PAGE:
module

I hope this blog post was helpful and I plan to do a series on common pitfalls which are usually related to the following 2 issues:

  1. One or more modules needs to reference another module in the same layer (which they should NOT do).
  2. how to identify a module and what should be in it.

Finding Sitecore fields in the inheritance hierarchy website from HELL!

We have all been there we take over a solution we didn’t develop and the complexity, hierarchy and structure of the templates is completely crazy!!!

You have a field, but trying to find the definition and or what template it belongs to is a nightmare.

The Solution How to find any field with 1 click!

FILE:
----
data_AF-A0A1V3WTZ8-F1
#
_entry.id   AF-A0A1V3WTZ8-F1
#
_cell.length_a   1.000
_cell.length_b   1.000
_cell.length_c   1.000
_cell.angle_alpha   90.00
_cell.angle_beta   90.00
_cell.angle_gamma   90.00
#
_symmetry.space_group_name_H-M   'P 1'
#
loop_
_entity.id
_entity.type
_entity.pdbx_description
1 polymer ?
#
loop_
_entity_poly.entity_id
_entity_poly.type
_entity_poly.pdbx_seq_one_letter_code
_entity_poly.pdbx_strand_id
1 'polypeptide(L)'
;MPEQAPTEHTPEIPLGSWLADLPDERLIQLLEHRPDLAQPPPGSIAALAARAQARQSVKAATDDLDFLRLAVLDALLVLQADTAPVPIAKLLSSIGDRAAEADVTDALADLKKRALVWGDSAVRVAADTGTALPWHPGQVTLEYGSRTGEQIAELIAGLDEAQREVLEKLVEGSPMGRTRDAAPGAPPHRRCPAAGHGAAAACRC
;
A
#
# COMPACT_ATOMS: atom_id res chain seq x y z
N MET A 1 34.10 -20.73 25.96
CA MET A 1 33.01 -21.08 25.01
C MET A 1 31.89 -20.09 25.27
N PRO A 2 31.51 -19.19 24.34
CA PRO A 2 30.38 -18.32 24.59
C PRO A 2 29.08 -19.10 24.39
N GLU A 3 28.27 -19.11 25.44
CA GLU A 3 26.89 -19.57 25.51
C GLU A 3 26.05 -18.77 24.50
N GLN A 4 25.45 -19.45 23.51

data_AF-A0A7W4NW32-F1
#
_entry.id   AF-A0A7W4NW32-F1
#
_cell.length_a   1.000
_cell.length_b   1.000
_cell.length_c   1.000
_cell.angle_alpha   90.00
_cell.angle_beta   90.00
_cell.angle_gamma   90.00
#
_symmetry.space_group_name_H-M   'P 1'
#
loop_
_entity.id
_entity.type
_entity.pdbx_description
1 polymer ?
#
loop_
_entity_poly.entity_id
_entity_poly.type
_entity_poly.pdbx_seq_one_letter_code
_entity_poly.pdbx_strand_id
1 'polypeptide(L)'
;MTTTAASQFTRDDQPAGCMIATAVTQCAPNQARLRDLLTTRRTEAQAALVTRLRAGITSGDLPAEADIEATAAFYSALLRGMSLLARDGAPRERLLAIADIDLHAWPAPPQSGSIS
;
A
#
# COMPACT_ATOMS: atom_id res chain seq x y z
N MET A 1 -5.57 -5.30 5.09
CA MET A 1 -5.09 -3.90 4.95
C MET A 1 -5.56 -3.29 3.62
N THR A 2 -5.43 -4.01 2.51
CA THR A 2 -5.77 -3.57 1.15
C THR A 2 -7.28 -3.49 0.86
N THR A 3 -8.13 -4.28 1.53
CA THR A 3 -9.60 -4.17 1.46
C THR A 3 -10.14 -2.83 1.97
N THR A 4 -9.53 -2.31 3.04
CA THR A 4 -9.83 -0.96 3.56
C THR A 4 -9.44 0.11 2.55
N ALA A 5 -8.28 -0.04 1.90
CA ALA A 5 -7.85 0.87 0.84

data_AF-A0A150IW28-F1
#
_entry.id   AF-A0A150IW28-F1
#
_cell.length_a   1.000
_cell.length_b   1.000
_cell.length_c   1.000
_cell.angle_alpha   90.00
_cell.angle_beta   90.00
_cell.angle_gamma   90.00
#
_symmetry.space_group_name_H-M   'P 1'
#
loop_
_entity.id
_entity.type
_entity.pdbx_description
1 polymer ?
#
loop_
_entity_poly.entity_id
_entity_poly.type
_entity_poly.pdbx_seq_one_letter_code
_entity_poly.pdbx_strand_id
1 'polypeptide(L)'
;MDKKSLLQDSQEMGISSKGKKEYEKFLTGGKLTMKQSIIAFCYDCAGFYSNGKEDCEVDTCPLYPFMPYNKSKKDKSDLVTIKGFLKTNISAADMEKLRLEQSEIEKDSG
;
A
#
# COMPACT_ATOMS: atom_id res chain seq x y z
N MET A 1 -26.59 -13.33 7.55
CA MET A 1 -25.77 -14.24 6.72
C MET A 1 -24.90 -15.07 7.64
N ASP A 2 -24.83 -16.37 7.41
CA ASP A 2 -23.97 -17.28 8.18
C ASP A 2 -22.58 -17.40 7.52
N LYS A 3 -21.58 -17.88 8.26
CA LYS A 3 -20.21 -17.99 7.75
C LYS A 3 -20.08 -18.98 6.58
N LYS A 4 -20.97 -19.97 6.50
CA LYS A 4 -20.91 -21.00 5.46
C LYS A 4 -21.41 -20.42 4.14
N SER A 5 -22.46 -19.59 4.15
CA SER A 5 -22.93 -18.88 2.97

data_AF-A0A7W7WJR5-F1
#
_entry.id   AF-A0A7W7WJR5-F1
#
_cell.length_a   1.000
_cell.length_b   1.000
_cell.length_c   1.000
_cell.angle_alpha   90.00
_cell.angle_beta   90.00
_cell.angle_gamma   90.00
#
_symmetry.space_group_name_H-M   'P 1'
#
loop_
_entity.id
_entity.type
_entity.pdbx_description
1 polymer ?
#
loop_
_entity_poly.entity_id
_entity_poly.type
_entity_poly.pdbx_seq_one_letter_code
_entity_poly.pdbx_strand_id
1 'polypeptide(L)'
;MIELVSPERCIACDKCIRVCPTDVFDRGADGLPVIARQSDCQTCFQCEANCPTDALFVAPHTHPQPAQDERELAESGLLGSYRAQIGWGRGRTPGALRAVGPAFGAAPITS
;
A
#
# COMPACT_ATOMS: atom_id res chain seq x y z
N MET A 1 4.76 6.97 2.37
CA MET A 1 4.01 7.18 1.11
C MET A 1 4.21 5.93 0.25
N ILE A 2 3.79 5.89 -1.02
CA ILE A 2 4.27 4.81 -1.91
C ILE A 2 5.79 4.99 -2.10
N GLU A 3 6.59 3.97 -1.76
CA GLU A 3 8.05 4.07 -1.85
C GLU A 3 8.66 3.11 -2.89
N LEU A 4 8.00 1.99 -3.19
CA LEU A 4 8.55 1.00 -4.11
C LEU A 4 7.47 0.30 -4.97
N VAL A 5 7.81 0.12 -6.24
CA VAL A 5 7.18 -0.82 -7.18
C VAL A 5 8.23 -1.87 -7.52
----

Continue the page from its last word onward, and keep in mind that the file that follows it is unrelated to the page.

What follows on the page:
Open up DbBrowser (sitecore/admin/dbbrowser.aspx) navigate to the item and click on the field and it takes you directly to the fields definition.

dbbrowser 2

I can’t believe I have used so much time trying to unravel the base Template field to find where a field is defined in sitecore, when there is such a simple solution.

I hope this helps others 🙂

Sitecore client and logon is very slow (properties table AGAIN)

The problem

I was at a customer to help identify why their Sitecore 7.2 client and logon was so slow!

Investigation

There are a number of things I look at when the Sitecore client starts to run slowly:

  1. Slow Event handlers (save, rename, create, etc)
  2. Slow pipeline processors (usually don’t check that it is a sitecore specific requests)
  3. History, Publish queue or Event queue have to many entries, see my blog on how to fix this.
  4. Property change events flooding the Event Queue in the Core database, see my blog on how to fix this